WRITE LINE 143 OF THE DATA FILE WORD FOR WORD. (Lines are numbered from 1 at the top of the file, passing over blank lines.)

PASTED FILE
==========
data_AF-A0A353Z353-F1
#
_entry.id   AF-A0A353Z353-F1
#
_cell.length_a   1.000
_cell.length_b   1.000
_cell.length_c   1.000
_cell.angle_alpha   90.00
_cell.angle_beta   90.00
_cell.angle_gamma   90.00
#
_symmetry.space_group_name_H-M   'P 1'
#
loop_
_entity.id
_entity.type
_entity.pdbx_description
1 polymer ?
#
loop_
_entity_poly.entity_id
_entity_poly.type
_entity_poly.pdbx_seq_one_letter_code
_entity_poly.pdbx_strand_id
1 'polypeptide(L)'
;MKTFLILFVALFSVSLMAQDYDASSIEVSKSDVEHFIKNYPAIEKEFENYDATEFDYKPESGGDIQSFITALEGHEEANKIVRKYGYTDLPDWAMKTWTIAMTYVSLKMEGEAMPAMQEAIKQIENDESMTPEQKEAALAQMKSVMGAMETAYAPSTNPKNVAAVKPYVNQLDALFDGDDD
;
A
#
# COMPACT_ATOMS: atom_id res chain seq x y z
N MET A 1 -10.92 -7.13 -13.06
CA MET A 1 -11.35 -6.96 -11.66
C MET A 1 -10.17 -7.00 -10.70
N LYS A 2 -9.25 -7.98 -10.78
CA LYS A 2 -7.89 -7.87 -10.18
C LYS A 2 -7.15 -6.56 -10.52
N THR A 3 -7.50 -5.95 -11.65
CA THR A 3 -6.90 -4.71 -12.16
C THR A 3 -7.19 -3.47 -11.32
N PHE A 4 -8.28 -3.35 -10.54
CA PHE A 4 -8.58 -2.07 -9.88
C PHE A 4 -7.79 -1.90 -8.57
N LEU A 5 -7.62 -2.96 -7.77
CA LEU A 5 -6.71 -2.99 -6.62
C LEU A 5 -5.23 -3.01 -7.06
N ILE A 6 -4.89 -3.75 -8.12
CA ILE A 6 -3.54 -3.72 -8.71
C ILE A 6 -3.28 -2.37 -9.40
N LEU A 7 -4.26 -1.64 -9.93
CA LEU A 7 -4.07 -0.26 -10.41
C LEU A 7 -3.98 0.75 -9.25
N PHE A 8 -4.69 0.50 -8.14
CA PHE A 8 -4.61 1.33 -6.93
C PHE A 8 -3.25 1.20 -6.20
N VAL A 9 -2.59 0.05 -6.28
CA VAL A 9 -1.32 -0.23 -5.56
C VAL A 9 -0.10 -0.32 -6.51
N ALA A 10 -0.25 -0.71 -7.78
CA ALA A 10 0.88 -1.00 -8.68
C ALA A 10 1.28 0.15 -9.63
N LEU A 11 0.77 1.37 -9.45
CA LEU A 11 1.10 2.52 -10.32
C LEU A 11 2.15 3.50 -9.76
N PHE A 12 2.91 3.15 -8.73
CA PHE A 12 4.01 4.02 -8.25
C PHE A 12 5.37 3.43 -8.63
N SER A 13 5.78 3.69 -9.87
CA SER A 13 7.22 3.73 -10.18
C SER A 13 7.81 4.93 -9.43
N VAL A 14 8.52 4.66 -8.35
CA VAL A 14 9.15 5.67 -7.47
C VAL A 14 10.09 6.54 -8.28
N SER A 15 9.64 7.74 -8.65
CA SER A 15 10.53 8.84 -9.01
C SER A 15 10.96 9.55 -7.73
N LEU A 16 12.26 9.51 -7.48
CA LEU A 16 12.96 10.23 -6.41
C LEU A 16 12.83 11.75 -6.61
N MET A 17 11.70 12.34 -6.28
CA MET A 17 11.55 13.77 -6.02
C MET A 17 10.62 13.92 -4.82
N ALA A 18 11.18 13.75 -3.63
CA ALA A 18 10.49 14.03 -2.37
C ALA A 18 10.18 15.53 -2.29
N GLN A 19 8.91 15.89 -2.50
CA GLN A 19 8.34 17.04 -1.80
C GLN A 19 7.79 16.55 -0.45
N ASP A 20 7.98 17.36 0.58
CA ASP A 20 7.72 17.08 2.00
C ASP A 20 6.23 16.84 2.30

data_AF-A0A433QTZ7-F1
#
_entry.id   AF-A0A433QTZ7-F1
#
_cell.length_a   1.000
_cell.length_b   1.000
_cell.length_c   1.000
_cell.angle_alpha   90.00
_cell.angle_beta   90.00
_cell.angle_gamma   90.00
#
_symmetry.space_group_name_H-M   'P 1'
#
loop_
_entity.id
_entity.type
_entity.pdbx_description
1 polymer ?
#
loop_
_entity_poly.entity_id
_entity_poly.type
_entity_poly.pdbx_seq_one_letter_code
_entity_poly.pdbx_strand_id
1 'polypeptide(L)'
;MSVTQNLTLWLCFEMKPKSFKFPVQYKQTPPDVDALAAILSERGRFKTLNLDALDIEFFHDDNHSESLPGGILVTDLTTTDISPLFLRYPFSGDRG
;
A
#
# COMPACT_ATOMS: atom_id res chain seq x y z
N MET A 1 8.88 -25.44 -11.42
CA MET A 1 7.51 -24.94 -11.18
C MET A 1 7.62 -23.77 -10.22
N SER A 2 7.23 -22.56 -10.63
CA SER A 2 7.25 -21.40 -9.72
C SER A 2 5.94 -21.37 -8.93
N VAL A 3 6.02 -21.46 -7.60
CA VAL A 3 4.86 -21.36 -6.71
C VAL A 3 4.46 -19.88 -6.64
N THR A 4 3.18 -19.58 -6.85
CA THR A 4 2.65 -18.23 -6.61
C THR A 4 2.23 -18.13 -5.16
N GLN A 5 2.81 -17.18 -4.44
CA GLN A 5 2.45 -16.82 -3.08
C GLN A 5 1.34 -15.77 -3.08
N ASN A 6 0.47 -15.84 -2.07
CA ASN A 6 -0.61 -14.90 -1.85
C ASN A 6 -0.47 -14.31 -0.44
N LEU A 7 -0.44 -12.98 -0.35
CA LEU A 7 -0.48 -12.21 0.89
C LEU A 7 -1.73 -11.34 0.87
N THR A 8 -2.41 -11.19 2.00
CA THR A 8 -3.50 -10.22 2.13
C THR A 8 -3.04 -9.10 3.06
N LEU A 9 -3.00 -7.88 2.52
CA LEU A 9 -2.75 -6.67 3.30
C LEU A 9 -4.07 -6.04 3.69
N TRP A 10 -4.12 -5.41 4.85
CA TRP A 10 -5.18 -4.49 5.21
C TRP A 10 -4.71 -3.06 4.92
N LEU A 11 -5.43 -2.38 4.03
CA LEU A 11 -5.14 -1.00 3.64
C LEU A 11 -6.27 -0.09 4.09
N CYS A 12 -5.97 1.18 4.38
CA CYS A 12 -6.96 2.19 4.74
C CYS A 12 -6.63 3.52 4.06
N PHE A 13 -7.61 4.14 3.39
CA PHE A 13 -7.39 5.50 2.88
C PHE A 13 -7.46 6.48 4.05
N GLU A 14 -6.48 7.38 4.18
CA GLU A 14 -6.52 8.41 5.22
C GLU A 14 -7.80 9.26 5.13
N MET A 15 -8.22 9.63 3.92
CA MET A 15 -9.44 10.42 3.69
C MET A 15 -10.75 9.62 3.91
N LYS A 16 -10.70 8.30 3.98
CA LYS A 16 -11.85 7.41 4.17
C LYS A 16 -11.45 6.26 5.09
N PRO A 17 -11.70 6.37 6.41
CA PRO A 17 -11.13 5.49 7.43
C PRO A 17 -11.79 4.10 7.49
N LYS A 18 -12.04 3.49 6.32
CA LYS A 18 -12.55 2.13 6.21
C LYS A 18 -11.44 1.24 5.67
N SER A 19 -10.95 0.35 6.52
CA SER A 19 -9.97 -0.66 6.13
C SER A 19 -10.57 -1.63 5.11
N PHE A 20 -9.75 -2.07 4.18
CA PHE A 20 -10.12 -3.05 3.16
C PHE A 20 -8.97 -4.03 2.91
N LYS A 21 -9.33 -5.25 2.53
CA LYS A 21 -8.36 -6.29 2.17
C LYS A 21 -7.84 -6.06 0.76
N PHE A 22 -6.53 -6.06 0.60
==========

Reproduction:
CA THR A 8 -3.50 -10.22 2.13